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PAUSE Her Q&A With: Gyakie

PAUSE Her Q&A With: Gyakie

Ghanaian Afro-Fusion artist Gyakie took over summer 2020 with her hit single ‘Forever‘ and she then further blessed us with remix featuring Nigerian artist Omah Lay. Gyakie’s debut EP ‘SEED‘ gave us a bevy of flavours from R&B to reggae and yet what always remained true was a distinct West African sound. The EP was a short but sweet sample size of what we can expect from the dynamic artist in the future.

When Gyakie is not juggling studio sessions and photoshoots, she is busy studying International Business at Kwame Nkrumah University of Science and Technology. Although being a student and a new artist at the same time is definitely tough, everything Gyakie has learnt at school has given her a head start on how to navigate the tricky music industry.

The artist plans to take over the summer yet again with promise of new music that she has been hinting at on her Instagram. For now she has treated us to a dance-filled music video for ‘Whine‘, a fan-favourite of her EP. And yes, an album is on the way!

Tomi: What experiences and events inspired the sound and the title of your debut EP ‘SEED’?

Gyakie: The name of my ep came from a conversation when I was on the phone with my manager Electromirror. There was a childhood photo I’d sent him and he grabbed the idea of me being my father’s seed, while at the same time being a new seed in the music industry! With the songs on the EP , I touched on different genres to give the listener an idea of what sounds I’m capable of working with, thus an introduction to Gyakie’s sound.

T: Your single ‘Forever’ took off and became a hit. Why do you think this song resonates with so many people?

G: I personally believe ‘Forever’ has resonated with so many people because of how soothing the song is. The song has easy going lyrics and a serene instrumental.

T: Omah Lay features on the ‘Forever Remix’. What is it about his style that made him the perfect fit?

G: Omah Lay was the best fit for the remix because I love how he goes around with his melodies. His lyrics are always out of the norm and that’s one thing I love about his music. Apparently he tweeted a while back about how he had already written down the lyrics to the song before we reached out to him. Omah actually sent back his verse in 2 hours after my team reached out to him with the song.

T: All of the looks in your music videos are so fly. Who are some of your favourite designers?

G: AB Jade from Ghana is my personal stylist who I vibe with when it comes to fashion and what I wear. However, Rihanna is a major inspiration to my fashion sense. My favorite designers are mostly upcoming Ghanaian designers. To mention a few, MOD, AB Jade and Attoh Tetteh.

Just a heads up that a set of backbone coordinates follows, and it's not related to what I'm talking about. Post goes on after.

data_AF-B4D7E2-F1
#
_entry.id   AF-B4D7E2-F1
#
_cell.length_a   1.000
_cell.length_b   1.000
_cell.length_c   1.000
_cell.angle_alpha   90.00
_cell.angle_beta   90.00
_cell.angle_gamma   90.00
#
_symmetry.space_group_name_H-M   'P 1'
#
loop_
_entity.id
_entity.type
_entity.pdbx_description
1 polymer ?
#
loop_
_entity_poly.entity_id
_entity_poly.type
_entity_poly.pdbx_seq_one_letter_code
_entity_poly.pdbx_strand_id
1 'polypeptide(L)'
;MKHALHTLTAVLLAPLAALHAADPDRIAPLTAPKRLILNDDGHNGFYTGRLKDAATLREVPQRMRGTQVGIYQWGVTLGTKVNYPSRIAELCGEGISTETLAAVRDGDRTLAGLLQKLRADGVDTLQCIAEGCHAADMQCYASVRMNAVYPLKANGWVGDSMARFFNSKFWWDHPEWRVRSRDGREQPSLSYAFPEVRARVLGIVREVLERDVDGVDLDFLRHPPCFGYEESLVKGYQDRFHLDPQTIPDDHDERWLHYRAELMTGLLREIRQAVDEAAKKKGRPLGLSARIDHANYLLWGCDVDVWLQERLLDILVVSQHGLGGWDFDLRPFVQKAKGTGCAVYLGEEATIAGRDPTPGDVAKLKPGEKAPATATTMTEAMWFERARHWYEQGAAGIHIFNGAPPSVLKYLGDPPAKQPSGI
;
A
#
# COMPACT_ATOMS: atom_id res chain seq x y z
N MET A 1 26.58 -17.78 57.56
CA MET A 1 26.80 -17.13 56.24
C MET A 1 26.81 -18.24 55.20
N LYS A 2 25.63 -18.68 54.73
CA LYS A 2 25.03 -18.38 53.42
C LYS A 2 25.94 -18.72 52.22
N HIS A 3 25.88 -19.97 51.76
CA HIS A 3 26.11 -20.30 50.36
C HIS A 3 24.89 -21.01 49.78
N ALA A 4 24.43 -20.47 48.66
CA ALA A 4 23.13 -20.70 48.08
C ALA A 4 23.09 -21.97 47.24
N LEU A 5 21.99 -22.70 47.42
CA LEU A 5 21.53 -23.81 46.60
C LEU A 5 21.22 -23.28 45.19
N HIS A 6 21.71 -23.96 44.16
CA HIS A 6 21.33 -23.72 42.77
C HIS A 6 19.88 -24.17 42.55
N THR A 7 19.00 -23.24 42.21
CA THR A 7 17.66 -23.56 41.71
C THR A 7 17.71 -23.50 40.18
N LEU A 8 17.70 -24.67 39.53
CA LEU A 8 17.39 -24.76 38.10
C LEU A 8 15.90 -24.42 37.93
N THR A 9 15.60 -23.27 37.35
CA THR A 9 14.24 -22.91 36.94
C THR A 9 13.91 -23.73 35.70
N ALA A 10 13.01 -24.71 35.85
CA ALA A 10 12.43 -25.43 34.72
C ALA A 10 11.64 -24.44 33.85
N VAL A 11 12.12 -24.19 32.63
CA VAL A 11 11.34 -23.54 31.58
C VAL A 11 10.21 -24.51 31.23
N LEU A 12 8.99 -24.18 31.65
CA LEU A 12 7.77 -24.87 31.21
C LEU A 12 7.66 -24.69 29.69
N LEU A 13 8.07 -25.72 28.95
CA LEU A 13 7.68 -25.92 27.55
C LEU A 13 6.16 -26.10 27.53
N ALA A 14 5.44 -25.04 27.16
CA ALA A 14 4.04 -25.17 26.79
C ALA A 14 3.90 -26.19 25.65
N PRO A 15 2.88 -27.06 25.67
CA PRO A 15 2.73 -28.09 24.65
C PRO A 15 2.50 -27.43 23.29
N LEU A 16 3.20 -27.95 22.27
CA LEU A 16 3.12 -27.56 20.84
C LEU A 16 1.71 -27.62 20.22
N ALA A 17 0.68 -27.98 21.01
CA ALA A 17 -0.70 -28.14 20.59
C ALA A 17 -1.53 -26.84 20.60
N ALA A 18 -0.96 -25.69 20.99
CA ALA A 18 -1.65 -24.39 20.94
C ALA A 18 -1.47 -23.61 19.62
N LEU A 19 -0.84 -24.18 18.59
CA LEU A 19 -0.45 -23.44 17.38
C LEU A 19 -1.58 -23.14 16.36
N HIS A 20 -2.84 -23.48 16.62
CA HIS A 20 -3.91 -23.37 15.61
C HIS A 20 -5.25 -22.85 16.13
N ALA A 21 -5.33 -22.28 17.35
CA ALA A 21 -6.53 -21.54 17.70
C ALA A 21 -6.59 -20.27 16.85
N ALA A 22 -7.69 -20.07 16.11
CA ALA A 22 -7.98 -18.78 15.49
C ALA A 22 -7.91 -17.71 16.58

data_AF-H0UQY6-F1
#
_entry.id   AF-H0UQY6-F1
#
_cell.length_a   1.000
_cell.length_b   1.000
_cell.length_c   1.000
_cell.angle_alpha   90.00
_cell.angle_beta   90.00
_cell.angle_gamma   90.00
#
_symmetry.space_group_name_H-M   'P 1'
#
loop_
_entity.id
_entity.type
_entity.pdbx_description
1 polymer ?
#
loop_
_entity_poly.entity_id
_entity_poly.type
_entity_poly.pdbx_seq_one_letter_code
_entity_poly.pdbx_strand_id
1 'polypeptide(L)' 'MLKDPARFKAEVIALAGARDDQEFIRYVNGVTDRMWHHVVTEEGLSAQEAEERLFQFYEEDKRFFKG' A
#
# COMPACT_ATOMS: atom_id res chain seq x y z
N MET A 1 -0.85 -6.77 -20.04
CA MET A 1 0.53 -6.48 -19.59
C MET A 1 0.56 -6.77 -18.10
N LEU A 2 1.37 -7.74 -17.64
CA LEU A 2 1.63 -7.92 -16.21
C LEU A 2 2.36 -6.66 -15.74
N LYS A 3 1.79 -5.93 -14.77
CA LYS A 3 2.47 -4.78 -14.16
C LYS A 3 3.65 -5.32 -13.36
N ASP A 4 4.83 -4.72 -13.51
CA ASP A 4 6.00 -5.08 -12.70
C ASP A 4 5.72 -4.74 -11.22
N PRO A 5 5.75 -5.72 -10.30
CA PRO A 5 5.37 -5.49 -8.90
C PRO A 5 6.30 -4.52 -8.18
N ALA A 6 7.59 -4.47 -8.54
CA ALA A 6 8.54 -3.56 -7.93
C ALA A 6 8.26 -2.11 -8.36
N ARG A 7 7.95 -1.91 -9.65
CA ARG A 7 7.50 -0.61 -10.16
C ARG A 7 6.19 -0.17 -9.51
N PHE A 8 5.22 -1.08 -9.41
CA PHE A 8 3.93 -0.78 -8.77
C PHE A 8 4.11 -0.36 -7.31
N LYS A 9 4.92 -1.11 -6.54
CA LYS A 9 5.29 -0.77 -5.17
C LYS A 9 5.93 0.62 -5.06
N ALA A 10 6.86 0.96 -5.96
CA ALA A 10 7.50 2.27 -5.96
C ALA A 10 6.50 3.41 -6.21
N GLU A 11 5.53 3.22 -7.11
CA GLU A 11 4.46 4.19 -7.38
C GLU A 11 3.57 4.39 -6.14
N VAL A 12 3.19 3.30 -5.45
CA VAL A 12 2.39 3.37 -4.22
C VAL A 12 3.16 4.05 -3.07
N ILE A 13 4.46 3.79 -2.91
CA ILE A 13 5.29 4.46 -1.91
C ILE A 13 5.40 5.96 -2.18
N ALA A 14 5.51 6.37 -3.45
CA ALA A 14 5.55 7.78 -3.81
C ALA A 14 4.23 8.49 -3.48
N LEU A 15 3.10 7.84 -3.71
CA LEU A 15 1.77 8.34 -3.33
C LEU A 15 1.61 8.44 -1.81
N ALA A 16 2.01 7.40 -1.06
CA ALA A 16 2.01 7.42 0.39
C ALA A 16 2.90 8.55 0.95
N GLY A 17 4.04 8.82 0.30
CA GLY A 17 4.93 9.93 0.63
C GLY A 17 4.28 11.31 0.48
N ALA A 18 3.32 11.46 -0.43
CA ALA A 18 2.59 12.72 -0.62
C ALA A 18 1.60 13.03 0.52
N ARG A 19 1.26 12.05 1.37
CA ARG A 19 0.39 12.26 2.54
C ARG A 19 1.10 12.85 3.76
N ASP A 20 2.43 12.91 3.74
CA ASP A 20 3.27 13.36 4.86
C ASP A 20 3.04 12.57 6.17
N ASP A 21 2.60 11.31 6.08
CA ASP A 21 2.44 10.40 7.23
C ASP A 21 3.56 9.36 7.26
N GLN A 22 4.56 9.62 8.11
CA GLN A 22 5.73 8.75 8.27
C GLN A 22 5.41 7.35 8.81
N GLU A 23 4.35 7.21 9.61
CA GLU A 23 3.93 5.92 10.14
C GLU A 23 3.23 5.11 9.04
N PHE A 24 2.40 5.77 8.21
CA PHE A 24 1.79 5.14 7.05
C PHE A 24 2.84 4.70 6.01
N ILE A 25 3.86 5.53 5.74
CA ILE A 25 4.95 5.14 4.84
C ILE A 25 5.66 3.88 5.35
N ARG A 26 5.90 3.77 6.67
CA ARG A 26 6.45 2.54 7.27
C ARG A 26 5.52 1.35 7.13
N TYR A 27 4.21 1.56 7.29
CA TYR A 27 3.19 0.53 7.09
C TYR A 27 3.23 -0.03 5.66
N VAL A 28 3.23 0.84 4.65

T: You’re labelled as an Afro-Fusion artist. Is that how you would describe your sound?

G: Yes I would describe my sound as Afro fusion. There is always an element of Africa in my sound. Even if I’m on a reggae song, my melodies might sound African or you might hear African instruments somewhere within the song.

T: How did growing up in Kumasi-Ghana shape you as an artist?

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G: I grew up and schooled in Kumasi, a city in the Ashanti region of Ghana. Now this is a place where creatives were not given enough attention towards their crafts for quite some time. For a long while, Accra has been the epicentre of the music culture where artists like Stonebwoy, Sarkodie and the likes live and hangout more often. This gave me some form of enthusiasm to be consistent with my music and to push Kumasi to the rest of the world.

T: You’re currently an International Business student. How’s the experience of university been so far while juggling a music career?

G: Life in school keeps getting tougher each and every day. Juggling being an artist, doing photo shoots, tv and radio interviews and school is a real task. But I believe if you set your mind to complete a journey, you’re definitely going to finish. On the other hand there’s a lot that I’m learning from class which is reflecting in the business aspect of music so I am grateful for the experience.

T: If you could launch a business today, what would it be and what products or services would you sell?

G: If I could launch a business today, it would be to set up a music school. I think there is a need for something dedicated like this to help grow the arts in Kumasi, where people can work on their skills in music. Whether it be playing instruments, vocal training, or even expanding into movement coaching and dance class etc.

T: We saw you post on Instagram to expect new music soon. What kind of flavour are you dishing out for the summer?

G: Yes I’ve been working on a new album actually. I just dropped the video for a track called ‘Whine’ as a gift to my fans as they constantly tell me how they love it from the ‘Seed’ EP. The video was shot in Accra by Michael Dzamesi, a Ghanaian director. The colours and vibe are perfect for summer and I hope it gives joy to those around the world who are coming out of lockdown. The new music in July is something soothing, something unexpected and something that would once again take the world by surprise. Hold on tight!

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